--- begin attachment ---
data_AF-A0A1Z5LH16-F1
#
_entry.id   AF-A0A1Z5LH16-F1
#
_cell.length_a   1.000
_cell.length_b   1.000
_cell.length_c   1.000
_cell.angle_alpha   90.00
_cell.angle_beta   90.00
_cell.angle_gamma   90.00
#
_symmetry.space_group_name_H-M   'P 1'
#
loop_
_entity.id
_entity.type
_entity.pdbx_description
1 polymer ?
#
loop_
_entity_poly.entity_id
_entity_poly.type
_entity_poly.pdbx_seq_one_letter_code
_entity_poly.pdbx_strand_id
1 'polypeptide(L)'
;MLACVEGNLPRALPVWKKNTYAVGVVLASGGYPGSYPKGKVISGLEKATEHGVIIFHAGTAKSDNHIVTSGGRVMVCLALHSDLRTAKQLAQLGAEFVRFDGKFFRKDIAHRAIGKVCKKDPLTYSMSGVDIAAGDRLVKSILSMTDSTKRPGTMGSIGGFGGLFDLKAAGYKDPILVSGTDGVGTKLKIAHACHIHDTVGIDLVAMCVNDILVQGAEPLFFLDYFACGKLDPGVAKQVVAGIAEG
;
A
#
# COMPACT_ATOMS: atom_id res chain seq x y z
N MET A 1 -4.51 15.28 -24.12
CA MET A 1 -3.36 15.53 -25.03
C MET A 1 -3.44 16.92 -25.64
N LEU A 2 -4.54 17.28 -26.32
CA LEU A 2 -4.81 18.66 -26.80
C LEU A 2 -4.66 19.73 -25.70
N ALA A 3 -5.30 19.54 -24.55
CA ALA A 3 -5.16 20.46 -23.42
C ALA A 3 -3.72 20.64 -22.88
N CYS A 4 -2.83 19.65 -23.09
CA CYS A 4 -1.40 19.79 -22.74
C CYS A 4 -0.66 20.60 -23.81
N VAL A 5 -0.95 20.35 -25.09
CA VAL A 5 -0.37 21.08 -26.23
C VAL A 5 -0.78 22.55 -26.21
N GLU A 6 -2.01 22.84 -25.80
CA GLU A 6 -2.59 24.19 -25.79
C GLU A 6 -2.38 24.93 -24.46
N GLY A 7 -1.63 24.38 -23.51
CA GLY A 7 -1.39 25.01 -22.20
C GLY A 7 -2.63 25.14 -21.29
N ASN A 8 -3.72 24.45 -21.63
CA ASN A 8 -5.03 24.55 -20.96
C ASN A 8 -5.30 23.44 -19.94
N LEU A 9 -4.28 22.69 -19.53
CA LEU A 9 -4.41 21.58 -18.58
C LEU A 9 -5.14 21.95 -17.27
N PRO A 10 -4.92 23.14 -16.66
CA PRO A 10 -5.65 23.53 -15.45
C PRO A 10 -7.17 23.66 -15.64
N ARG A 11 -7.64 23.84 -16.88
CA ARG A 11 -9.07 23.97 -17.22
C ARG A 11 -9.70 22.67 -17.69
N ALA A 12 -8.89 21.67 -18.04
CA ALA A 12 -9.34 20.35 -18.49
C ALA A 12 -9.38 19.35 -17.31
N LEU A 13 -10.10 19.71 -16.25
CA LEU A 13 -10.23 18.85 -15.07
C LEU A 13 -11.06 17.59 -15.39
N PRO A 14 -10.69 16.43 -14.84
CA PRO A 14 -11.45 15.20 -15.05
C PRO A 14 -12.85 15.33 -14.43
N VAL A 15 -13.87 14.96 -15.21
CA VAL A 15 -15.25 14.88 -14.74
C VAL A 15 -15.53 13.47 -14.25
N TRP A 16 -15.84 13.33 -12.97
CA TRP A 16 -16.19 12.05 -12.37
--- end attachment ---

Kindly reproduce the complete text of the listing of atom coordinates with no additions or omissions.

data_AF-A0A1Z5LH16-F1
#
_entry.id   AF-A0A1Z5LH16-F1
#
_cell.length_a   1.000
_cell.length_b   1.000
_cell.length_c   1.000
_cell.angle_alpha   90.00
_cell.angle_beta   90.00
_cell.angle_gamma   90.00
#
_symmetry.space_group_name_H-M   'P 1'
#
loop_
_entity.id
_entity.type
_entity.pdbx_description
1 polymer ?
#
loop_
_entity_poly.entity_id
_entity_poly.type
_entity_poly.pdbx_seq_one_letter_code
_entity_poly.pdbx_strand_id
1 'polypeptide(L)'
;MLACVEGNLPRALPVWKKNTYAVGVVLASGGYPGSYPKGKVISGLEKATEHGVIIFHAGTAKSDNHIVTSGGRVMVCLALHSDLRTAKQLAQLGAEFVRFDGKFFRKDIAHRAIGKVCKKDPLTYSMSGVDIAAGDRLVKSILSMTDSTKRPGTMGSIGGFGGLFDLKAAGYKDPILVSGTDGVGTKLKIAHACHIHDTVGIDLVAMCVNDILVQGAEPLFFLDYFACGKLDPGVAKQVVAGIAEG
;
A
#
# COMPACT_ATOMS: atom_id res chain seq x y z
N MET A 1 -4.51 15.28 -24.12
CA MET A 1 -3.36 15.53 -25.03
C MET A 1 -3.44 16.92 -25.64
N LEU A 2 -4.54 17.28 -26.32
CA LEU A 2 -4.81 18.66 -26.80
C LEU A 2 -4.66 19.73 -25.70
N ALA A 3 -5.30 19.54 -24.55
CA ALA A 3 -5.16 20.46 -23.42
C ALA A 3 -3.72 20.64 -22.88
N CYS A 4 -2.83 19.65 -23.09
CA CYS A 4 -1.40 19.79 -22.74
C CYS A 4 -0.66 20.60 -23.81
N VAL A 5 -0.95 20.35 -25.09
CA VAL A 5 -0.37 21.08 -26.23
C VAL A 5 -0.78 22.55 -26.21
N GLU A 6 -2.01 22.84 -25.80
CA GLU A 6 -2.59 24.19 -25.79
C GLU A 6 -2.38 24.93 -24.46
N GLY A 7 -1.63 24.38 -23.51
CA GLY A 7 -1.39 25.01 -22.20
C GLY A 7 -2.63 25.14 -21.29
N ASN A 8 -3.72 24.45 -21.63
CA ASN A 8 -5.03 24.55 -20.96
C ASN A 8 -5.30 23.44 -19.94
N LEU A 9 -4.28 22.69 -19.53
CA LEU A 9 -4.41 21.58 -18.58
C LEU A 9 -5.14 21.95 -17.27
N PRO A 10 -4.92 23.14 -16.66
CA PRO A 10 -5.65 23.53 -15.45
C PRO A 10 -7.17 23.66 -15.64
N ARG A 11 -7.64 23.84 -16.88
CA ARG A 11 -9.07 23.97 -17.22
C ARG A 11 -9.70 22.67 -17.69
N ALA A 12 -8.89 21.67 -18.04
CA ALA A 12 -9.34 20.35 -18.49
C ALA A 12 -9.38 19.35 -17.31
N LEU A 13 -10.10 19.71 -16.25
CA LEU A 13 -10.23 18.85 -15.07
C LEU A 13 -11.06 17.59 -15.39
N PRO A 14 -10.69 16.43 -14.84
CA PRO A 14 -11.45 15.20 -15.05
C PRO A 14 -12.85 15.33 -14.43
N VAL A 15 -13.87 14.96 -15.21
CA VAL A 15 -15.25 14.88 -14.74
C VAL A 15 -15.53 13.47 -14.25
N TRP A 16 -15.84 13.33 -12.97
CA TRP A 16 -16.19 12.05 -12.37